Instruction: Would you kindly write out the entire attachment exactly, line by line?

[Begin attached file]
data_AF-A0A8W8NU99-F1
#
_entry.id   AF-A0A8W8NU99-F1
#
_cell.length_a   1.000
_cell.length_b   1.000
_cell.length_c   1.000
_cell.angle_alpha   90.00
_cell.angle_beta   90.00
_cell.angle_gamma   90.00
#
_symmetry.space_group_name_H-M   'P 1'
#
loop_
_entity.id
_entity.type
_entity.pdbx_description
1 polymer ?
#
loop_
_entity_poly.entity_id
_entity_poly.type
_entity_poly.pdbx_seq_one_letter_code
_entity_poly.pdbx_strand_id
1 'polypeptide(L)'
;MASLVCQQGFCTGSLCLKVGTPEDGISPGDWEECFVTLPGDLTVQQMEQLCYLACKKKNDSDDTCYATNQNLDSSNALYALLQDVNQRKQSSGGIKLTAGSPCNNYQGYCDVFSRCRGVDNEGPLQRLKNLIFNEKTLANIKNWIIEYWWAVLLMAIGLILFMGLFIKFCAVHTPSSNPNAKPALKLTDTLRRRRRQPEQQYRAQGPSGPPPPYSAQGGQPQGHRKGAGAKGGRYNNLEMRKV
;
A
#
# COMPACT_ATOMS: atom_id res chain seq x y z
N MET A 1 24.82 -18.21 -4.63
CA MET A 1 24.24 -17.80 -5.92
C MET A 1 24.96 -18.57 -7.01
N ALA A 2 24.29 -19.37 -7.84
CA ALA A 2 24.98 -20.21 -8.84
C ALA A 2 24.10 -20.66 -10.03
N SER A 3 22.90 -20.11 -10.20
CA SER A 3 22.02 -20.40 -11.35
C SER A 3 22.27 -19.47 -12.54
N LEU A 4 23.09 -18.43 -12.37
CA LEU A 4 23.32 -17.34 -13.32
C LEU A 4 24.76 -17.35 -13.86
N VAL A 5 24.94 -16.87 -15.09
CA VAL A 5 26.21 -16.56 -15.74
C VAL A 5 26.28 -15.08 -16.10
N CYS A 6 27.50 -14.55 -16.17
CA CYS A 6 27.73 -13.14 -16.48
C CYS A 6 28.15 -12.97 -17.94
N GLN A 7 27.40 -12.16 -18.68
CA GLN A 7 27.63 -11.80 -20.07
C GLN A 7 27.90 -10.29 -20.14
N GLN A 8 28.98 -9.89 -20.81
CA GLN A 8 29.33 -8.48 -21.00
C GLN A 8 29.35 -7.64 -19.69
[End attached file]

data_AF-A0A8W8NU99-F1
#
_entry.id   AF-A0A8W8NU99-F1
#
_cell.length_a   1.000
_cell.length_b   1.000
_cell.length_c   1.000
_cell.angle_alpha   90.00
_cell.angle_beta   90.00
_cell.angle_gamma   90.00
#
_symmetry.space_group_name_H-M   'P 1'
#
loop_
_entity.id
_entity.type
_entity.pdbx_description
1 polymer ?
#
loop_
_entity_poly.entity_id
_entity_poly.type
_entity_poly.pdbx_seq_one_letter_code
_entity_poly.pdbx_strand_id
1 'polypeptide(L)'
;MASLVCQQGFCTGSLCLKVGTPEDGISPGDWEECFVTLPGDLTVQQMEQLCYLACKKKNDSDDTCYATNQNLDSSNALYALLQDVNQRKQSSGGIKLTAGSPCNNYQGYCDVFSRCRGVDNEGPLQRLKNLIFNEKTLANIKNWIIEYWWAVLLMAIGLILFMGLFIKFCAVHTPSSNPNAKPALKLTDTLRRRRRQPEQQYRAQGPSGPPPPYSAQGGQPQGHRKGAGAKGGRYNNLEMRKV
;
A
#
# COMPACT_ATOMS: atom_id res chain seq x y z
N MET A 1 24.82 -18.21 -4.63
CA MET A 1 24.24 -17.80 -5.92
C MET A 1 24.96 -18.57 -7.01
N ALA A 2 24.29 -19.37 -7.84
CA ALA A 2 24.98 -20.21 -8.84
C ALA A 2 24.10 -20.66 -10.03
N SER A 3 22.90 -20.11 -10.20
CA SER A 3 22.02 -20.40 -11.35
C SER A 3 22.27 -19.47 -12.54
N LEU A 4 23.09 -18.43 -12.37
CA LEU A 4 23.32 -17.34 -13.32
C LEU A 4 24.76 -17.35 -13.86
N VAL A 5 24.94 -16.87 -15.09
CA VAL A 5 26.21 -16.56 -15.74
C VAL A 5 26.28 -15.08 -16.10
N CYS A 6 27.50 -14.55 -16.17
CA CYS A 6 27.73 -13.14 -16.48
C CYS A 6 28.15 -12.97 -17.94
N GLN A 7 27.40 -12.16 -18.68
CA GLN A 7 27.63 -11.80 -20.07
C GLN A 7 27.90 -10.29 -20.14
N GLN A 8 28.98 -9.89 -20.81
CA GLN A 8 29.33 -8.48 -21.00
C GLN A 8 29.35 -7.64 -19.69